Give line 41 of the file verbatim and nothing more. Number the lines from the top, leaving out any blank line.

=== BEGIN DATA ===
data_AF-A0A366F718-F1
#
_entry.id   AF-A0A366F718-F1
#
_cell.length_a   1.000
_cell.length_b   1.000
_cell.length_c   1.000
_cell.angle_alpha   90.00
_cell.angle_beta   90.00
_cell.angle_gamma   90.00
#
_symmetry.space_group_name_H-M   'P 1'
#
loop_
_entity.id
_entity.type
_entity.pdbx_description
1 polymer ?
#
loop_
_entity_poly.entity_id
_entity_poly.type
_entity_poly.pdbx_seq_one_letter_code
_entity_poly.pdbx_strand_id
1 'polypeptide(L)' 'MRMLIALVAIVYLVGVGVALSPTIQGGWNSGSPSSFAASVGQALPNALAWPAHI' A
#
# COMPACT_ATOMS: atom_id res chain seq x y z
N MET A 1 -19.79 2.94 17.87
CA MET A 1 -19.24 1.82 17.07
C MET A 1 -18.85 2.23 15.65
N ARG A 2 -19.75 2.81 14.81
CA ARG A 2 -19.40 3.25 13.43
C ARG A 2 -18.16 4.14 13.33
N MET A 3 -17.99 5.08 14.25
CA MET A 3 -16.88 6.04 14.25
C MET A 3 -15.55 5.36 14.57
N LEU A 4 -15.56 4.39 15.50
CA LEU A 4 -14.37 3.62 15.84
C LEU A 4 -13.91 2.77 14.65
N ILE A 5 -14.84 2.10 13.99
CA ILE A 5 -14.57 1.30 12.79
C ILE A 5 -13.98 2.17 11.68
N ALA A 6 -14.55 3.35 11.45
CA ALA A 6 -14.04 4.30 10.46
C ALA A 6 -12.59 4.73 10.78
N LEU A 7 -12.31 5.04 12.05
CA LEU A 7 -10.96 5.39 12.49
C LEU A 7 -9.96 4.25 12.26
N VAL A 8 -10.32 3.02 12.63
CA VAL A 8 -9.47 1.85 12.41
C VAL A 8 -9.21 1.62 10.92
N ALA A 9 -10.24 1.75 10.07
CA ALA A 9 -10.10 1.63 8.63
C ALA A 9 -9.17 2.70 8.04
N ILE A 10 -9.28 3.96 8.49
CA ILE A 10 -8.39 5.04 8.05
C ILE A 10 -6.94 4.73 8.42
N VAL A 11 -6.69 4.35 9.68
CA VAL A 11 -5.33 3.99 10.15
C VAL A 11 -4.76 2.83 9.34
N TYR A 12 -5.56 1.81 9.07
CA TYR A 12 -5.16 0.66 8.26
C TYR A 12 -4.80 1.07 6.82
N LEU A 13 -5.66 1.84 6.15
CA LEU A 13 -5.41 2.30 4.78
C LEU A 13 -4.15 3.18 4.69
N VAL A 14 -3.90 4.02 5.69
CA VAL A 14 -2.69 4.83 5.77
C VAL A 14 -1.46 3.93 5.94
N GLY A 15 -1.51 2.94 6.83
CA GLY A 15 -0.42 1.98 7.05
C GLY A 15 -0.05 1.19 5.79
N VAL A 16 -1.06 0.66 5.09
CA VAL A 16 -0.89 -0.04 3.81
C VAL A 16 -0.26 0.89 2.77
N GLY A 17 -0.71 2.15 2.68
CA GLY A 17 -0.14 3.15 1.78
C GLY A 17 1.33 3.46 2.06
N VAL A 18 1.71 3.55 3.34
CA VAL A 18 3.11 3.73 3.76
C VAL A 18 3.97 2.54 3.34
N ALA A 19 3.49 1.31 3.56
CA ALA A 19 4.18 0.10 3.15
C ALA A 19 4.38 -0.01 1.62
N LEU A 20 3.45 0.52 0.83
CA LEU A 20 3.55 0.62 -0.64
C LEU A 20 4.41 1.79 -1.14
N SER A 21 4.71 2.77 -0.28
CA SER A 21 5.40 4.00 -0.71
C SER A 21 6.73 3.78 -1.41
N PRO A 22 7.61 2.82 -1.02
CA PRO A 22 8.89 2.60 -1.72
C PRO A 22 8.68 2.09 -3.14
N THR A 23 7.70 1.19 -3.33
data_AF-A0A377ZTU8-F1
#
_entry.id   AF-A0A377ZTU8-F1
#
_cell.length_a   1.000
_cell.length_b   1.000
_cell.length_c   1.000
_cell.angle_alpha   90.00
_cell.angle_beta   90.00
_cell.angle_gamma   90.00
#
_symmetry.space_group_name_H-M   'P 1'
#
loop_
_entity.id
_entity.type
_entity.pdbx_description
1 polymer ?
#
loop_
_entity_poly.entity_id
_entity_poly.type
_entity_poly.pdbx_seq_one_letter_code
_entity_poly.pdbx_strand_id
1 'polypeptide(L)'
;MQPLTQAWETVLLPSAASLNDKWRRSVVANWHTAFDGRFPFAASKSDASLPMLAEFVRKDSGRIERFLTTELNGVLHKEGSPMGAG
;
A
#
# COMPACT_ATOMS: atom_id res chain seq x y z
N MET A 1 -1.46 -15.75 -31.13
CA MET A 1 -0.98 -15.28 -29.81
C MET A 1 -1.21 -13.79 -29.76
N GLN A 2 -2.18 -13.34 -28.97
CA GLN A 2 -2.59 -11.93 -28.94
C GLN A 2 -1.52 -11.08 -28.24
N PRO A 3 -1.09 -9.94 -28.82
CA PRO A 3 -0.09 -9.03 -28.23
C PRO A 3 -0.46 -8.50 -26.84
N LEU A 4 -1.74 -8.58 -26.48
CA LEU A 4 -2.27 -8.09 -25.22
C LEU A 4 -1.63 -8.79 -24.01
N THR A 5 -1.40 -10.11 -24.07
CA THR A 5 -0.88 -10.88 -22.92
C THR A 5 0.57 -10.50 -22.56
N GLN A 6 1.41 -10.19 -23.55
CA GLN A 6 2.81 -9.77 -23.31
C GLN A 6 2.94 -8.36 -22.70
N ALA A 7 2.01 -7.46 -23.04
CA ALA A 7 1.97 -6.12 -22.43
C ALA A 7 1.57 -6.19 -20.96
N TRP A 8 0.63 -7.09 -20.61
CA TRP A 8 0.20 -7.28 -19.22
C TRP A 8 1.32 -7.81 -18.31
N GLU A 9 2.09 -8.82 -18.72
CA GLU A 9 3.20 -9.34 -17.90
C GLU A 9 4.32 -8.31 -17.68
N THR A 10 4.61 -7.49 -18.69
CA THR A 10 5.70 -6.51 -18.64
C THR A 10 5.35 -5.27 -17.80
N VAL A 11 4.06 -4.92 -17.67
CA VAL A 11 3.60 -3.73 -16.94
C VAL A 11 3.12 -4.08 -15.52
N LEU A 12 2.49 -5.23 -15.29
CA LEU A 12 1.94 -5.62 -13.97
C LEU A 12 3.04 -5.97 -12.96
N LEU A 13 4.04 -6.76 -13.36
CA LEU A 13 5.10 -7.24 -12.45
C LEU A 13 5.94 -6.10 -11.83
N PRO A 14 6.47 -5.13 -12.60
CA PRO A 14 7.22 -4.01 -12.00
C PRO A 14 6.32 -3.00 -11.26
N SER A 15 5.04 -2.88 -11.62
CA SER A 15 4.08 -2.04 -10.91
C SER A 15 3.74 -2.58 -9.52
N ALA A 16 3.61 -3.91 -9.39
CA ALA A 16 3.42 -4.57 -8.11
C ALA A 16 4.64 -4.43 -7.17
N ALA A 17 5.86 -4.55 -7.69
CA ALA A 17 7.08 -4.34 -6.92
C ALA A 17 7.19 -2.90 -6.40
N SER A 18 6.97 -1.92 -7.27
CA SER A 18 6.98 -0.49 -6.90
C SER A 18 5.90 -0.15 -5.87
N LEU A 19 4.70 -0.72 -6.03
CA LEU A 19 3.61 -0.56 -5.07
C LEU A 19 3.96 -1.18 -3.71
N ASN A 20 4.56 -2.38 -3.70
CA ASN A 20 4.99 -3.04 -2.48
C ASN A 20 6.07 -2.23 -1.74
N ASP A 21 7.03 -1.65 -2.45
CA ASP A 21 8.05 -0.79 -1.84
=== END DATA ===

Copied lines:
CA ILE A 5 -14.57 1.30 12.79